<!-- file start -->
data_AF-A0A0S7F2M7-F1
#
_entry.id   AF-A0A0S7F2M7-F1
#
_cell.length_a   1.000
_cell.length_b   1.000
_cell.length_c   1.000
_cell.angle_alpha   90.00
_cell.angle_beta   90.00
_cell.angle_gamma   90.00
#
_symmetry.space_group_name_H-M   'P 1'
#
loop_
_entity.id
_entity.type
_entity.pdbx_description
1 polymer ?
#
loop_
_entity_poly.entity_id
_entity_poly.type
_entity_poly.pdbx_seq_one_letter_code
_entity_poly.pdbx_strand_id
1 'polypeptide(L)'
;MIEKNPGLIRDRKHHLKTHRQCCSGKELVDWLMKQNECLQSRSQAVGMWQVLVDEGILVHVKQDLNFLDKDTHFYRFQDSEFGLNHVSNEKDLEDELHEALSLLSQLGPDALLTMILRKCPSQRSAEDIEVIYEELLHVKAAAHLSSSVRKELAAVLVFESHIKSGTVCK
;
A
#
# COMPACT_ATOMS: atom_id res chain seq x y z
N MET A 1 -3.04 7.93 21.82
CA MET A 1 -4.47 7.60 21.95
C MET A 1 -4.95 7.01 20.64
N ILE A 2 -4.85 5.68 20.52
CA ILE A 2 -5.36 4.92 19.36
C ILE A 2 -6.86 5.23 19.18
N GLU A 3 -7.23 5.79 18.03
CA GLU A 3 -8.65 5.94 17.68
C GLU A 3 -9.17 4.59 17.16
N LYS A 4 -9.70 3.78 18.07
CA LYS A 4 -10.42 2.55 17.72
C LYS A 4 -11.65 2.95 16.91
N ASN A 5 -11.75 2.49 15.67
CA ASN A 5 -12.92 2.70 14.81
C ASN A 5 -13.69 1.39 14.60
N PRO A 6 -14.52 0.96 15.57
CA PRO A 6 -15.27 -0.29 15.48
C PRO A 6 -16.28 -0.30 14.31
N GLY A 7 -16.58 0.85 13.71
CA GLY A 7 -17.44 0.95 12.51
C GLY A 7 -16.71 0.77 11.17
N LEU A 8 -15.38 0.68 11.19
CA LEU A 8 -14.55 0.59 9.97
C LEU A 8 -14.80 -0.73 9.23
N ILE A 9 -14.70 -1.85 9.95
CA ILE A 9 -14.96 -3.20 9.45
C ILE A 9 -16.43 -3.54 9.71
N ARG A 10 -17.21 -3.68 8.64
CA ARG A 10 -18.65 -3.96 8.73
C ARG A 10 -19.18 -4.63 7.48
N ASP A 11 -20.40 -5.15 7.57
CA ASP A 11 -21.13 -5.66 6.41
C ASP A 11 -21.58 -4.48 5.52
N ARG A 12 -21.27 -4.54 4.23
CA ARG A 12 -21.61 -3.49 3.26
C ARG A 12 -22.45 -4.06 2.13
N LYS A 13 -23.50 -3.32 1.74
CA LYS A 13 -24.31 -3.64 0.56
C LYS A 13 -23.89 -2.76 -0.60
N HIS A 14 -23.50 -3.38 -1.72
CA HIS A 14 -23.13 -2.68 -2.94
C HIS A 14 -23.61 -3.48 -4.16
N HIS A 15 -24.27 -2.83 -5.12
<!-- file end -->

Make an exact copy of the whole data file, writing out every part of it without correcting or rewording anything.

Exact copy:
data_AF-A0A0S7F2M7-F1
#
_entry.id   AF-A0A0S7F2M7-F1
#
_cell.length_a   1.000
_cell.length_b   1.000
_cell.length_c   1.000
_cell.angle_alpha   90.00
_cell.angle_beta   90.00
_cell.angle_gamma   90.00
#
_symmetry.space_group_name_H-M   'P 1'
#
loop_
_entity.id
_entity.type
_entity.pdbx_description
1 polymer ?
#
loop_
_entity_poly.entity_id
_entity_poly.type
_entity_poly.pdbx_seq_one_letter_code
_entity_poly.pdbx_strand_id
1 'polypeptide(L)'
;MIEKNPGLIRDRKHHLKTHRQCCSGKELVDWLMKQNECLQSRSQAVGMWQVLVDEGILVHVKQDLNFLDKDTHFYRFQDSEFGLNHVSNEKDLEDELHEALSLLSQLGPDALLTMILRKCPSQRSAEDIEVIYEELLHVKAAAHLSSSVRKELAAVLVFESHIKSGTVCK
;
A
#
# COMPACT_ATOMS: atom_id res chain seq x y z
N MET A 1 -3.04 7.93 21.82
CA MET A 1 -4.47 7.60 21.95
C MET A 1 -4.95 7.01 20.64
N ILE A 2 -4.85 5.68 20.52
CA ILE A 2 -5.36 4.92 19.36
C ILE A 2 -6.86 5.23 19.18
N GLU A 3 -7.23 5.79 18.03
CA GLU A 3 -8.65 5.94 17.68
C GLU A 3 -9.17 4.59 17.16
N LYS A 4 -9.70 3.78 18.07
CA LYS A 4 -10.42 2.55 17.72
C LYS A 4 -11.65 2.95 16.91
N ASN A 5 -11.75 2.49 15.67
CA ASN A 5 -12.92 2.70 14.81
C ASN A 5 -13.69 1.39 14.60
N PRO A 6 -14.52 0.96 15.57
CA PRO A 6 -15.27 -0.29 15.48
C PRO A 6 -16.28 -0.30 14.31
N GLY A 7 -16.58 0.85 13.71
CA GLY A 7 -17.44 0.95 12.51
C GLY A 7 -16.71 0.77 11.17
N LEU A 8 -15.38 0.68 11.19
CA LEU A 8 -14.55 0.59 9.97
C LEU A 8 -14.80 -0.73 9.23
N ILE A 9 -14.70 -1.85 9.95
CA ILE A 9 -14.96 -3.20 9.45
C ILE A 9 -16.43 -3.54 9.71
N ARG A 10 -17.21 -3.68 8.64
CA ARG A 10 -18.65 -3.96 8.73
C ARG A 10 -19.18 -4.63 7.48
N ASP A 11 -20.40 -5.15 7.57
CA ASP A 11 -21.13 -5.66 6.41
C ASP A 11 -21.58 -4.48 5.52
N ARG A 12 -21.27 -4.54 4.23
CA ARG A 12 -21.61 -3.49 3.26
C ARG A 12 -22.45 -4.06 2.13
N LYS A 13 -23.50 -3.32 1.74
CA LYS A 13 -24.31 -3.64 0.56
C LYS A 13 -23.89 -2.76 -0.60
N HIS A 14 -23.50 -3.38 -1.72
CA HIS A 14 -23.13 -2.68 -2.94
C HIS A 14 -23.61 -3.48 -4.16
N HIS A 15 -24.27 -2.83 -5.12